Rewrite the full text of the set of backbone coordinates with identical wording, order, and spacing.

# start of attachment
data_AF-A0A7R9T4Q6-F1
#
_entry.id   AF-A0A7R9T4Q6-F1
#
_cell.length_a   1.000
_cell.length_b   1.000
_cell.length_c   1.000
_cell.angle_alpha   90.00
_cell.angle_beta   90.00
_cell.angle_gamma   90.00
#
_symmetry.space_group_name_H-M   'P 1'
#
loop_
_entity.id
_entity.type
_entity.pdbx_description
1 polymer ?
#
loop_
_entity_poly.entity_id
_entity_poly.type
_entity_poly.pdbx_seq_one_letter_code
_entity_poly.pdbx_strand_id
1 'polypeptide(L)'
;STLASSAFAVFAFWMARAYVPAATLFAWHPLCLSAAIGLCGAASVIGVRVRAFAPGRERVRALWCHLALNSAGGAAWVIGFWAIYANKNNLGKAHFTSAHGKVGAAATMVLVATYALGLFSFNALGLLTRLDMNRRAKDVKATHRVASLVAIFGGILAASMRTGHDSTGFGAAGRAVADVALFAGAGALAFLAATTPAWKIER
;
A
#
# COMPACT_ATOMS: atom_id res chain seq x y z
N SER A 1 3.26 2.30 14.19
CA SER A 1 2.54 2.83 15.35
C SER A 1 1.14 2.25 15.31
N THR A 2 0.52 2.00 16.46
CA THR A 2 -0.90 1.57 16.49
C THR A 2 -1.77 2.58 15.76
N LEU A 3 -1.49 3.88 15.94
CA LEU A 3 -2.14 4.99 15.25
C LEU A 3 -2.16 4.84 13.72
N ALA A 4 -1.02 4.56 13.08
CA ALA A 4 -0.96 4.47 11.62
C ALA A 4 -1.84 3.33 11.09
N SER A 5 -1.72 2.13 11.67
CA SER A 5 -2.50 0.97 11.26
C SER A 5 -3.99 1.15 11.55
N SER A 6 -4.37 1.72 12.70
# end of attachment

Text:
data_AF-A0A7R9T4Q6-F1
#
_entry.id   AF-A0A7R9T4Q6-F1
#
_cell.length_a   1.000
_cell.length_b   1.000
_cell.length_c   1.000
_cell.angle_alpha   90.00
_cell.angle_beta   90.00
_cell.angle_gamma   90.00
#
_symmetry.space_group_name_H-M   'P 1'
#
loop_
_entity.id
_entity.type
_entity.pdbx_description
1 polymer ?
#
loop_
_entity_poly.entity_id
_entity_poly.type
_entity_poly.pdbx_seq_one_letter_code
_entity_poly.pdbx_strand_id
1 'polypeptide(L)'
;STLASSAFAVFAFWMARAYVPAATLFAWHPLCLSAAIGLCGAASVIGVRVRAFAPGRERVRALWCHLALNSAGGAAWVIGFWAIYANKNNLGKAHFTSAHGKVGAAATMVLVATYALGLFSFNALGLLTRLDMNRRAKDVKATHRVASLVAIFGGILAASMRTGHDSTGFGAAGRAVADVALFAGAGALAFLAATTPAWKIER
;
A
#
# COMPACT_ATOMS: atom_id res chain seq x y z
N SER A 1 3.26 2.30 14.19
CA SER A 1 2.54 2.83 15.35
C SER A 1 1.14 2.25 15.31
N THR A 2 0.52 2.00 16.46
CA THR A 2 -0.90 1.57 16.49
C THR A 2 -1.77 2.58 15.76
N LEU A 3 -1.49 3.88 15.94
CA LEU A 3 -2.14 4.99 15.25
C LEU A 3 -2.16 4.84 13.72
N ALA A 4 -1.02 4.56 13.08
CA ALA A 4 -0.96 4.47 11.62
C ALA A 4 -1.84 3.33 11.09
N SER A 5 -1.72 2.13 11.67
CA SER A 5 -2.50 0.97 11.26
C SER A 5 -3.99 1.15 11.55
N SER A 6 -4.37 1.72 12.70